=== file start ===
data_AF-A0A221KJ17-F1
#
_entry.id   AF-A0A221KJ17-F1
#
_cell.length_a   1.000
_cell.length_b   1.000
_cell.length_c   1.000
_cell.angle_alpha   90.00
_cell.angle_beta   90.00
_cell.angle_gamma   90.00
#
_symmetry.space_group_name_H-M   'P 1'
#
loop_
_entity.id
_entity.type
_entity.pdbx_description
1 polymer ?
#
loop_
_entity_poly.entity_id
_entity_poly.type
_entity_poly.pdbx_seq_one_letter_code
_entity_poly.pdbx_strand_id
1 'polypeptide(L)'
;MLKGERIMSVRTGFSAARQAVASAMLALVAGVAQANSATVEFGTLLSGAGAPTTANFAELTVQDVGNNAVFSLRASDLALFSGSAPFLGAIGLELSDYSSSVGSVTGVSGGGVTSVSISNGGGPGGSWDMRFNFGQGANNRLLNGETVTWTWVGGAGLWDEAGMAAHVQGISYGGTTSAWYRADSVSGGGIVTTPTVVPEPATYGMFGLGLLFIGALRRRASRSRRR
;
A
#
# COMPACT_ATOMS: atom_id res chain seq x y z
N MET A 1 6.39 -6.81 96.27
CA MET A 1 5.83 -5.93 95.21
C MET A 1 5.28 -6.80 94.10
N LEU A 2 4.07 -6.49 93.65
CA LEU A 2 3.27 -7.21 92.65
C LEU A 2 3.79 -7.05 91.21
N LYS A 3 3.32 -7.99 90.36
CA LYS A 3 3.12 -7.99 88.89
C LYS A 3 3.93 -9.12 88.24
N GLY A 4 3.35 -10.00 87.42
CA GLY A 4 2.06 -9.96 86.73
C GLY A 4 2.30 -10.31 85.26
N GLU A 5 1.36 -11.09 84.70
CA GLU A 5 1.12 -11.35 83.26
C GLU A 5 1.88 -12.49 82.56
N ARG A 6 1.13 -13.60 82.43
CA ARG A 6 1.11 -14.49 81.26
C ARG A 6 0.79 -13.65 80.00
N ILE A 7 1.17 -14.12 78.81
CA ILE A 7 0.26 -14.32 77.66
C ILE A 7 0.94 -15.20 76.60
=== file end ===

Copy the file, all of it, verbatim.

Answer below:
data_AF-A0A221KJ17-F1
#
_entry.id   AF-A0A221KJ17-F1
#
_cell.length_a   1.000
_cell.length_b   1.000
_cell.length_c   1.000
_cell.angle_alpha   90.00
_cell.angle_beta   90.00
_cell.angle_gamma   90.00
#
_symmetry.space_group_name_H-M   'P 1'
#
loop_
_entity.id
_entity.type
_entity.pdbx_description
1 polymer ?
#
loop_
_entity_poly.entity_id
_entity_poly.type
_entity_poly.pdbx_seq_one_letter_code
_entity_poly.pdbx_strand_id
1 'polypeptide(L)'
;MLKGERIMSVRTGFSAARQAVASAMLALVAGVAQANSATVEFGTLLSGAGAPTTANFAELTVQDVGNNAVFSLRASDLALFSGSAPFLGAIGLELSDYSSSVGSVTGVSGGGVTSVSISNGGGPGGSWDMRFNFGQGANNRLLNGETVTWTWVGGAGLWDEAGMAAHVQGISYGGTTSAWYRADSVSGGGIVTTPTVVPEPATYGMFGLGLLFIGALRRRASRSRRR
;
A
#
# COMPACT_ATOMS: atom_id res chain seq x y z
N MET A 1 6.39 -6.81 96.27
CA MET A 1 5.83 -5.93 95.21
C MET A 1 5.28 -6.80 94.10
N LEU A 2 4.07 -6.49 93.65
CA LEU A 2 3.27 -7.21 92.65
C LEU A 2 3.79 -7.05 91.21
N LYS A 3 3.32 -7.99 90.36
CA LYS A 3 3.12 -7.99 88.89
C LYS A 3 3.93 -9.12 88.24
N GLY A 4 3.35 -10.00 87.42
CA GLY A 4 2.06 -9.96 86.73
C GLY A 4 2.30 -10.31 85.26
N GLU A 5 1.36 -11.09 84.70
CA GLU A 5 1.12 -11.35 83.26
C GLU A 5 1.88 -12.49 82.56
N ARG A 6 1.13 -13.60 82.43
CA ARG A 6 1.11 -14.49 81.26
C ARG A 6 0.79 -13.65 80.00
N ILE A 7 1.17 -14.12 78.81
CA ILE A 7 0.26 -14.32 77.66
C ILE A 7 0.94 -15.20 76.60